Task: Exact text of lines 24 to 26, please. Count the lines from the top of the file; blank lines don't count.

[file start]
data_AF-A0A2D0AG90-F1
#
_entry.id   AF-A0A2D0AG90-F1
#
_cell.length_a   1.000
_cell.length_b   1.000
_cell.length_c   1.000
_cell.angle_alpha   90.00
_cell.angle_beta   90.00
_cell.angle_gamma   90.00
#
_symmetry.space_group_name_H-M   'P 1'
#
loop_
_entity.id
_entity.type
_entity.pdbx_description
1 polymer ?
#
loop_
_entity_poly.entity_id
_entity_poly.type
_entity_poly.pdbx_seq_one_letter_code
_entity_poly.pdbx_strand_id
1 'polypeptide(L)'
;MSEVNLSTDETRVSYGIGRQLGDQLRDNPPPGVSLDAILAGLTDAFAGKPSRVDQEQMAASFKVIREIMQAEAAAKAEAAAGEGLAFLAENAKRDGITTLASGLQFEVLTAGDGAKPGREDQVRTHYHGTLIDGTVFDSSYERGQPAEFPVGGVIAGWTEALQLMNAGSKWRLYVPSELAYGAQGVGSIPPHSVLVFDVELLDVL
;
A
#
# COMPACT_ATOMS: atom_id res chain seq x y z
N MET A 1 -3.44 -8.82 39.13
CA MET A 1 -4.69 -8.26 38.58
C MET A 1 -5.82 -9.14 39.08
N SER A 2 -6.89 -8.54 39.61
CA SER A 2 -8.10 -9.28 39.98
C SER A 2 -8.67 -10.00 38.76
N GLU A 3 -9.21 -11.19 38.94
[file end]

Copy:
_entity_poly.pdbx_strand_id
1 'polypeptide(L)'
;MSEVNLSTDETRVSYGIGRQLGDQLRDNPPPGVSLDAILAGLTDAFAGKPSRVDQEQMAASFKVIREIMQAEAAAKAEAAAGEGLAFLAENAKRDGITTLASGLQFEVLTAGDGAKPGREDQVRTHYHGTLIDGTVFDSSYERGQPAEFPVGGVIAGWTEALQLMNAGSKWRLYVPSELAYGAQGVGSIPPHSVLVFDVELLDVL